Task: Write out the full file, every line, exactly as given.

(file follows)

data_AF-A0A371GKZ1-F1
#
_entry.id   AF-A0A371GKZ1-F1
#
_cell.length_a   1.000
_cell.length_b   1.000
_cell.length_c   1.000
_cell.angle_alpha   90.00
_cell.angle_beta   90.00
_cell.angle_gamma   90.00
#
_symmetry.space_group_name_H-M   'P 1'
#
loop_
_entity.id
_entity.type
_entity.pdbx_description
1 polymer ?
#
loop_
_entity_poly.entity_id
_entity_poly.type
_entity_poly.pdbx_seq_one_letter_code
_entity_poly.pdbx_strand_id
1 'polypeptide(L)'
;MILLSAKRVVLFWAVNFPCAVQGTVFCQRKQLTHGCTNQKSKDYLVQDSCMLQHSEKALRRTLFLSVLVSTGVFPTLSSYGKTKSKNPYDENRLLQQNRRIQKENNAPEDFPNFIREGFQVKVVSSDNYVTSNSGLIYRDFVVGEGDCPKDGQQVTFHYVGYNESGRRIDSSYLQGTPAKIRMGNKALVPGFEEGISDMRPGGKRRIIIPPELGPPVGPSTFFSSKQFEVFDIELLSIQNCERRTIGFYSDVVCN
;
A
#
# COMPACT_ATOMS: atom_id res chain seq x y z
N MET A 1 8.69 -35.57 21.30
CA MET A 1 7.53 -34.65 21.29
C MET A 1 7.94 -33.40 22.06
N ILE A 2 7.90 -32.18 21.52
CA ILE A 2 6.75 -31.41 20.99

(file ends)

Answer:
data_AF-A0A371GKZ1-F1
#
_entry.id   AF-A0A371GKZ1-F1
#
_cell.length_a   1.000
_cell.length_b   1.000
_cell.length_c   1.000
_cell.angle_alpha   90.00
_cell.angle_beta   90.00
_cell.angle_gamma   90.00
#
_symmetry.space_group_name_H-M   'P 1'
#
loop_
_entity.id
_entity.type
_entity.pdbx_description
1 polymer ?
#
loop_
_entity_poly.entity_id
_entity_poly.type
_entity_poly.pdbx_seq_one_letter_code
_entity_poly.pdbx_strand_id
1 'polypeptide(L)'
;MILLSAKRVVLFWAVNFPCAVQGTVFCQRKQLTHGCTNQKSKDYLVQDSCMLQHSEKALRRTLFLSVLVSTGVFPTLSSYGKTKSKNPYDENRLLQQNRRIQKENNAPEDFPNFIREGFQVKVVSSDNYVTSNSGLIYRDFVVGEGDCPKDGQQVTFHYVGYNESGRRIDSSYLQGTPAKIRMGNKALVPGFEEGISDMRPGGKRRIIIPPELGPPVGPSTFFSSKQFEVFDIELLSIQNCERRTIGFYSDVVCN
;
A
#
# COMPACT_ATOMS: atom_id res chain seq x y z
N MET A 1 8.69 -35.57 21.30
CA MET A 1 7.53 -34.65 21.29
C MET A 1 7.94 -33.40 22.06
N ILE A 2 7.90 -32.18 21.52
CA ILE A 2 6.75 -31.41 20.99